• All Crimes Are Equal: You get a Non Standard Game Over for various acts of massive insubordination, in which you get sent to the brig and a random member of the crew chews you out for your behavior. What's weird is that the "severity" of the dialogue varies wildly between each character, and is not impacted by what your actual crime was. It's entirely possible for Ensign Kim to call you a traitor for loitering on the bridge after being ordered to go elsewhere, or for Foster or Paris to tell you you'll be out in 30 days and given a second chance after you go nuts and vaporize Neelix and a dozen redshirts with a handheld photon torpedo launcher.
  • Alternative Continuity: Like all Star Trek Expanded Universe material, it exists outside of proper continuity. The story is carefully designed, however, to fit cleanly into the shows and movies involved without contradicting anything presented there (although the sequel's opening mission on the Borg sphere seems to take some time, while the actual episode suggested that Voyager had not been trapped for more than a few minutes). The distinct lack of the I-Mod weapon in the TV series does stand out, however.
  • Armor-Piercing Attack: The I-Mod in Holomatch punches through the personal shields of your target, it will even damage them through Metaphasic Shielding.
  • Artificial Brilliance: The first Elite Force was one of the first FPS games, if not the first, to incorporate friendly A.I. NPCs for most of the game's gameplay time (you spend about 80% or more of the game with buddies following you). Earlier games had friendly npcs, i.e. Barney from Half-Life, but they generally only appeared sparingly and were usually limited to small areas due to problems getting the A.I. to follow the player from room to room. Granted, this was partially accomplished by making the levels relatively linear so the friendly A.I. wouldn't get confused.
  • Artistic License – Physics: Well, it is Star Trek... But more specifically, modulating a waveform with the tricorder in the second game has one simple mistake: Increasing the frequency also increases wavelength, when it should actually decrease the wavelength.
  • Ascended Extra:
    • Chell, one of the series' major characters, started as a extra with a few lines of dialogue on a couple episodes of Voyager. He's even played by the same actor. In the first game, at least.
    • Jurot is semi-ascended. Her name was listed as a Betazoid crewmember in "Counterpoint" and while never explicitly seen, that same episode did feature a female character, only seen from the back, who might've inspired the character's design.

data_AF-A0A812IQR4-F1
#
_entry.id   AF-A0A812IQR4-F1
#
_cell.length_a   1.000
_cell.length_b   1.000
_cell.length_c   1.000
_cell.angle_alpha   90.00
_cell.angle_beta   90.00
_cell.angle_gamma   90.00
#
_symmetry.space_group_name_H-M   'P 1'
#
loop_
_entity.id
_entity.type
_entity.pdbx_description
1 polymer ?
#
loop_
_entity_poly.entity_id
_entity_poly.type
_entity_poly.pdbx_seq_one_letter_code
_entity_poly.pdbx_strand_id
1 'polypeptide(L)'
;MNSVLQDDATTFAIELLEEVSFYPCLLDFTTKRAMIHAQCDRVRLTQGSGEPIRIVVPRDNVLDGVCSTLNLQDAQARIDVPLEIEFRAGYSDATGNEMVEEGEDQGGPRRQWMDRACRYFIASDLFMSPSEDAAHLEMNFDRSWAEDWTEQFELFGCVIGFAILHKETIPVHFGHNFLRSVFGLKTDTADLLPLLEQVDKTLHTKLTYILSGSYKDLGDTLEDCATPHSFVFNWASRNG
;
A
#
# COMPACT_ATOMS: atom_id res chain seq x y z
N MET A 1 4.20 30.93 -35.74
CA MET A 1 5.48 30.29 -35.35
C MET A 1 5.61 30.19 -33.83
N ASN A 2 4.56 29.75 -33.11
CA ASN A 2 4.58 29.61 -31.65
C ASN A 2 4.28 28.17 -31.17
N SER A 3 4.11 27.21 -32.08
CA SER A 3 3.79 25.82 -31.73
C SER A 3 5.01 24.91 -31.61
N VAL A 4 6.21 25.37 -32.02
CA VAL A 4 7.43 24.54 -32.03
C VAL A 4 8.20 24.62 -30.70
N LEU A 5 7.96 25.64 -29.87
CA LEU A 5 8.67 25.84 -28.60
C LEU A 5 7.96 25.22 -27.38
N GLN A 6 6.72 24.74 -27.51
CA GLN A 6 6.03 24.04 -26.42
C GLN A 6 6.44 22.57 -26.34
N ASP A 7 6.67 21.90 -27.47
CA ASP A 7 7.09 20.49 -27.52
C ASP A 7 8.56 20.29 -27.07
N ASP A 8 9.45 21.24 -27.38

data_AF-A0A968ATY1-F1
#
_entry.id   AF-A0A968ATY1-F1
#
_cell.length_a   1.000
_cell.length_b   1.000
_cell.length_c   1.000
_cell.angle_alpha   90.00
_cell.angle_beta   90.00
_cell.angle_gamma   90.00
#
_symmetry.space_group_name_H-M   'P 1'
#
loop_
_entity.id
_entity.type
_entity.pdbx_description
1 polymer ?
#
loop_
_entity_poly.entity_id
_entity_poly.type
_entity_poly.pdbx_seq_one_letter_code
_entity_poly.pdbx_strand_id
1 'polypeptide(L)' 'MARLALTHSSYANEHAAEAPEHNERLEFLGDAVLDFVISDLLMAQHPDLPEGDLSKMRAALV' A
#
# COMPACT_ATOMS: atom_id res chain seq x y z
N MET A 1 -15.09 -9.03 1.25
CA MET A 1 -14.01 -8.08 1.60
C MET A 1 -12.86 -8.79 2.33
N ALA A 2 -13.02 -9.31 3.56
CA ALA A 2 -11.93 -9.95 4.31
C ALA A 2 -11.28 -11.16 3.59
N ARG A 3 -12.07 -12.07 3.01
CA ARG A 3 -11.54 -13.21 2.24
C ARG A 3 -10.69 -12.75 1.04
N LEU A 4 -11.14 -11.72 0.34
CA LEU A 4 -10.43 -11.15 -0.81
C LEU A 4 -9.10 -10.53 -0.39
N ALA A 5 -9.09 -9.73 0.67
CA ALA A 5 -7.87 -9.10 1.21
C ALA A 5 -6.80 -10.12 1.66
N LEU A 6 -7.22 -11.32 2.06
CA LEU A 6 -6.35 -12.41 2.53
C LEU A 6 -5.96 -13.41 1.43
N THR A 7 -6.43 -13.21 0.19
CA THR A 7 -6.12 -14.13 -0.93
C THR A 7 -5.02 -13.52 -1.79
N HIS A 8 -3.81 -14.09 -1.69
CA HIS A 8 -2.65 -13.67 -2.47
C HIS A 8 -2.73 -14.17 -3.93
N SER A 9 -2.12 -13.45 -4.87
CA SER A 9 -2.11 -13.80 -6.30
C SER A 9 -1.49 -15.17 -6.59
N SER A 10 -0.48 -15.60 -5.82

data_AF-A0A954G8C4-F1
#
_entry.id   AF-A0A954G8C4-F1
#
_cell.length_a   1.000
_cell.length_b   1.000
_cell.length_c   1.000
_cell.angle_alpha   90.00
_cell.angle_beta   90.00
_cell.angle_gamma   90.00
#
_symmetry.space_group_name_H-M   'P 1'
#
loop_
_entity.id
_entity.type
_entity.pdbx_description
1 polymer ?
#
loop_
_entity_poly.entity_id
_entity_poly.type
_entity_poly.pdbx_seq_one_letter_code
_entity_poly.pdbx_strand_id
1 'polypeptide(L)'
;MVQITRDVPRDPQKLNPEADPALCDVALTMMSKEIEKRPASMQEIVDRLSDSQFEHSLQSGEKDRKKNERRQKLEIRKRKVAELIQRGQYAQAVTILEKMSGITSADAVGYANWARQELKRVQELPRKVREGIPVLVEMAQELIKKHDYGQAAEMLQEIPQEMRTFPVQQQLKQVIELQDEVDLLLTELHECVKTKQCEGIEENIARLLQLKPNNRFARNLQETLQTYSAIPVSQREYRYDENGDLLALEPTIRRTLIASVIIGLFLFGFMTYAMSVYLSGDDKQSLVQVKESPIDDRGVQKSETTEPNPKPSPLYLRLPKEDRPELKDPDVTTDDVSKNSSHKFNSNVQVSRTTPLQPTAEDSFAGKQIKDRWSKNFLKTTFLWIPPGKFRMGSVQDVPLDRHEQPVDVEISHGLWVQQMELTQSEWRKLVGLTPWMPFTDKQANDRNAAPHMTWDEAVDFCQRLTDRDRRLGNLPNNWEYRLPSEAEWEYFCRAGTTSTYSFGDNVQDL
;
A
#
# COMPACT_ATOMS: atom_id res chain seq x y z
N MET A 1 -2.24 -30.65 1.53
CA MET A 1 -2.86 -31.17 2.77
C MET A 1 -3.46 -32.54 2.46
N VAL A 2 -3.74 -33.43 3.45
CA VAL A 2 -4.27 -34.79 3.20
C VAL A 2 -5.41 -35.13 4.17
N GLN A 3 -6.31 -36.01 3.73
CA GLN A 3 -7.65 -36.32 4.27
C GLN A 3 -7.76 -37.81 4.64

• In "Waking Moments", the Doctor also mentions a Crewman Foster, who's to say he could've made his way to Lieutenant in a couple of seasons?
  • Authority Equals Asskicking: The Hirogen Alpha and the Vohrsoth itself both put up a considerable fight. Averted with the Terran and Klingon captains, the former being no tougher than a regular Mook and the latter being a case of Never Bring a Knife to a Gun Fight. In the second game, the Klingon commander Lurok puts up a pretty decent fight against you even after you get him out of his attack pod, wielding a gatling laser.
  • Awesome, but Impractical:
    • The alt-fire on the phaser rifle instantly disintegrates anything it hits, short of a boss or the giant robots fought on the Dreadnought. It also uses up a whopping 40 units of energy per shot, whereas the primary fire only uses up 2 energy per shot and kills most enemies with 3 or 4 shots. The grenade launcher or photon torpedo launcher both can One-Hit Kill most enemies just as well, while using up less energy.
    • The photon torpedo launcher itself can be this on the Harder Than Hard difficulty, where ammo is much more scarce. It uses up twice as much energy as the grenade launcher, while dealing only slightly higher damage. Overall, the grenade launcher is the most ammo efficient Federation weapon in the game, and will be your go-to Federation weapon on Harder Than Hard for anything except the Borg.
  • Awesome Mc Coolname: The Hazard Team quartermaster in EF1 is named Perfecto Jesus Oviedo. In-game, he is only ever called "Oviedo". Finding out his full name requires doing extra research.
  • Badass Boast: "I'm amazed you were able to make it this far." "Yes, climbing over all those alien corpses was... inconvenient."